The AUKUS pact between the UK, US and Australia to create a new fleet of nuclear-powered submarines to patrol the Pacific Ocean is not popular everywhere, including with a key NATO ally.
Rishi Sunak is heading back from San Diego, where he spent time chatting with President Joe Biden and Australian premier Anthony Albanese about the next stage of the deal.
So what is the submarine pact all about, and is criticism of it simply “raucous squawkus from the anti-AUKUS caucus”?
What is the AUKUS agreement?
The UK, US and Australia announced the “landmark” partnership to boost their defences and share nuclear submarine secrets in September 2021.
It comes at a time of growing concerns over Chinese activities in the Pacific Ocean.
AUKUS will initially focus on helping Australia procure multibillion-pound fleet of nuclear-powered submarines.
An arrangement for Australia to acquire the submarines was announced on Monday as the leaders met in California.
While the subs will be powered with nuclear material, they will be armed with conventional – not nuclear – weapons.
Additionally, beginning in the early 2030s and pending approval from the US Congress, the US also intends to sell Australia three Virginia class submarines, with the potential to sell up to two more if needed.
So is it just a way for Australia to get some submarines?
Not quite. While the initial focus has been on helping Canberra get hold of a new fleet of submarines, the scope of the AUKUS partnership is broader.
According to an AUKUS briefing document, the aim is for the three nations to provide an “assured undersea capability” that “contributes to stability, peace, and prosperity in the Indo-Pacific and around the world”.
The UK, US and Australia will also seek to collaborate in cyber, quantum technologies and artificial intelligence as well as other underwater capabilities – areas in which Western democracies are frantically racing their authoritarian rivals to dominate.
Beginning this year, Australian military and civilian personnel will embed with the US and UK navies in order to accelerate their training and development.
From 2027 (at the earliest) the UK and the US will also station submarines at HMAS Stirling base near Perth.
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Rishi Sunak has pledged to increase the UK’s defence spending by nearly £5bn over the next two years.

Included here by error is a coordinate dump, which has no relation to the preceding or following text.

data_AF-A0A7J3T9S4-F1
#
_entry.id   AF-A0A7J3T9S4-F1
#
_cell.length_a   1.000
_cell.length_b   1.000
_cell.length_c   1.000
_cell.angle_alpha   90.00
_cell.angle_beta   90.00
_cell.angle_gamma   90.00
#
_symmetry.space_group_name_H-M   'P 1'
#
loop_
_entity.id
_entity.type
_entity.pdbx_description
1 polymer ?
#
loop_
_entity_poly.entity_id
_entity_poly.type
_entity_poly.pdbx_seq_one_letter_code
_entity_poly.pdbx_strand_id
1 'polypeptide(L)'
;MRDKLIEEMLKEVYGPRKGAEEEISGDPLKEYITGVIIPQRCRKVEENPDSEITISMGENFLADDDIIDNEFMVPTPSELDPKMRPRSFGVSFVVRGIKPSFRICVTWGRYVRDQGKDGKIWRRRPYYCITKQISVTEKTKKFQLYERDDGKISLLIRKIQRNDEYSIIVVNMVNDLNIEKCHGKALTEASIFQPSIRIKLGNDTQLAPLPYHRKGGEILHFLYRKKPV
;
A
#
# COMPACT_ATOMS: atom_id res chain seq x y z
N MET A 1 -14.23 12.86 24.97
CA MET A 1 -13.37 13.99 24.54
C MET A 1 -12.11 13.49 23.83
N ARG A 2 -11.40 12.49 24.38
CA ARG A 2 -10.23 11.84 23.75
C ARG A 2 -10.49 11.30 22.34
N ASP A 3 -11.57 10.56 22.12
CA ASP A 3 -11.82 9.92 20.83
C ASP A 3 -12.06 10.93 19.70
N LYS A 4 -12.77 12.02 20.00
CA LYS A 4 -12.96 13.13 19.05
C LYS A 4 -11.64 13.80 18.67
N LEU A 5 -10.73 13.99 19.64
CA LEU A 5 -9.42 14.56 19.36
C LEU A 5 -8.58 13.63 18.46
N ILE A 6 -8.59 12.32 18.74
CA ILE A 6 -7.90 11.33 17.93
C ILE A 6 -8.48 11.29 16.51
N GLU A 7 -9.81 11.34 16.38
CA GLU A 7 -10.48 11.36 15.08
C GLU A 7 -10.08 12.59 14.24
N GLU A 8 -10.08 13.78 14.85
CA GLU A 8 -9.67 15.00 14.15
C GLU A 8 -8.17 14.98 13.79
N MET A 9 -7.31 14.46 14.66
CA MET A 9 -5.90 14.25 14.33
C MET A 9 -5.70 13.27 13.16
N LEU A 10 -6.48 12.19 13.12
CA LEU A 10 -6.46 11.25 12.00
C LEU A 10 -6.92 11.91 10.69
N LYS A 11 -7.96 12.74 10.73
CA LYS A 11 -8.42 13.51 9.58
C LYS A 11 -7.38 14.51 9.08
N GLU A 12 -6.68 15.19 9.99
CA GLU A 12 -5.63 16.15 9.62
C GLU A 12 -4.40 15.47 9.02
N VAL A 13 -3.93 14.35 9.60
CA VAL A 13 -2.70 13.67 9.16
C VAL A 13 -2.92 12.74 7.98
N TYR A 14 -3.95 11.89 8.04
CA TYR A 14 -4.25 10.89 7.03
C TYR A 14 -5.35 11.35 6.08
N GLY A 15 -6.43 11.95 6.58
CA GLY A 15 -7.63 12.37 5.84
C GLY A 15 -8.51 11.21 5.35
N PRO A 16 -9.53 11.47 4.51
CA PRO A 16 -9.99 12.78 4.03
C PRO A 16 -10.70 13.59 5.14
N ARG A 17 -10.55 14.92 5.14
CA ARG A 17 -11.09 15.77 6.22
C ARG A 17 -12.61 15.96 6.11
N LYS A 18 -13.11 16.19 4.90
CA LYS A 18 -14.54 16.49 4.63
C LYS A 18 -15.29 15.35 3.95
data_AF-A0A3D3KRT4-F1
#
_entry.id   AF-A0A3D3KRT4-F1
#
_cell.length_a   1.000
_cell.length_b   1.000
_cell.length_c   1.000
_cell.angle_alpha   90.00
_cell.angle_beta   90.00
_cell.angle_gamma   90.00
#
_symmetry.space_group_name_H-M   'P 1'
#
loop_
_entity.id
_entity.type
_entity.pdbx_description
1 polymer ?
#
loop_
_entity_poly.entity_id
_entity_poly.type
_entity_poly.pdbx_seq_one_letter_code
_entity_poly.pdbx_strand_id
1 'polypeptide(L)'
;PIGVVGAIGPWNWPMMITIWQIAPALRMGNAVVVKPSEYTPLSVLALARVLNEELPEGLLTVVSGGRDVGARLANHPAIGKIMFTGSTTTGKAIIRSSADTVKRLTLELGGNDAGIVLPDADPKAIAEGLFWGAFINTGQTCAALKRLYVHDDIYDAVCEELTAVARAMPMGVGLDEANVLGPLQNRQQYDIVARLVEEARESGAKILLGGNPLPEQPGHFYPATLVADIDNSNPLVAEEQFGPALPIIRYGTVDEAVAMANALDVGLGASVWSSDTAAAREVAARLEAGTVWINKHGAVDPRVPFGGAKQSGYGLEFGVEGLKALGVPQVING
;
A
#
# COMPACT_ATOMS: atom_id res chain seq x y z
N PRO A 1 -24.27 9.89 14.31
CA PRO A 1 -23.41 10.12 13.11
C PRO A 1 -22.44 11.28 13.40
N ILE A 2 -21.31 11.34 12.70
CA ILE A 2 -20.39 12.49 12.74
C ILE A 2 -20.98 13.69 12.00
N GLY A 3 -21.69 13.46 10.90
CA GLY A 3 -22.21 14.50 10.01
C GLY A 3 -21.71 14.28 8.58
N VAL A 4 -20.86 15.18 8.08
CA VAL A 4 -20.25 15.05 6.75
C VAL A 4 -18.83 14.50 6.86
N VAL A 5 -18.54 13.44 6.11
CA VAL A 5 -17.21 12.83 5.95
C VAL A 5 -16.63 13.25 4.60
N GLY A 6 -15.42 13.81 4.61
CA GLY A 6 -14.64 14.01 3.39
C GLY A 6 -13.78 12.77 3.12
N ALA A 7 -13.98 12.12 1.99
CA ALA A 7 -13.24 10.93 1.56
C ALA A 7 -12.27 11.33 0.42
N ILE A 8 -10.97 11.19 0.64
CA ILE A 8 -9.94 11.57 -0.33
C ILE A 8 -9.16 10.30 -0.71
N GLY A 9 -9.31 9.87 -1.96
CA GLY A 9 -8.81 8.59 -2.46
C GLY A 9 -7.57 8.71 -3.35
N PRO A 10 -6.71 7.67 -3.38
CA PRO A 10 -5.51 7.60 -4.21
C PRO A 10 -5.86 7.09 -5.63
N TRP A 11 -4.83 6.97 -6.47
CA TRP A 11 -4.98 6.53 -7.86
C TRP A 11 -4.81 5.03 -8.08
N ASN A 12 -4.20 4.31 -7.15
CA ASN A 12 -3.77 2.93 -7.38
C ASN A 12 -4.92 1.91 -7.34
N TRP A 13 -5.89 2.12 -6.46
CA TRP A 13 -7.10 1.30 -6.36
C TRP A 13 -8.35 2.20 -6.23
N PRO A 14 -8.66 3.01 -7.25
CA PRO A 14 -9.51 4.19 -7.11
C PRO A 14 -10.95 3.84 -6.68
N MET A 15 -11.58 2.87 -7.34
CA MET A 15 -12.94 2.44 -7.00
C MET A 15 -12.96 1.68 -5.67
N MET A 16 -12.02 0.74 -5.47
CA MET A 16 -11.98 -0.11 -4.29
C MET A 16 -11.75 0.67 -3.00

What has China said about AUKUS?
China has been vocal in its opposition to the AUKUS deal from the beginning – unsurprising given the partnership is designed to counter Beijing’s influence at sea.
Shortly after it was announced in September 2021, China said the security deal “intensifies the arms race” and “jeopardises the international efforts in promoting the non-proliferation of nuclear weapons”.
Chinese Foreign Ministry spokesman Zhao Lijian added at the time: “The US and UK’s action of exporting highly sensitive nuclear submarine technology once again proves that they are using nuclear exports as a tool for geopolitical games and adapts double standards.
“This is a highly irresponsible act.”
Responding to the Sunak-Biden-Albanese summit this week, China reiterated its position and said the AUKUS nations have disregarded concerns of the international community and gone further down a dangerous road.
Wasn’t France meant to be providing Australia with submarines?
Yes indeed. Australia cancelled a big contract to buy French conventionally-powered submarines in favour of nuclear-powered subs built with US technology.
It’s safe to say this move did not go down well in Paris, which is of course a NATO ally of the UK and US.
France recalled its ambassadors to the US and Australia in an extraordinary diplomatic rebuke.
Boris Johnson famously described opposition to the submarines pact as “raucous squawkus from the anti-AUKUS caucus”.
There were fears of a rift between the traditionally friendly nations, but the war in Ukraine has brought NATO countries back together.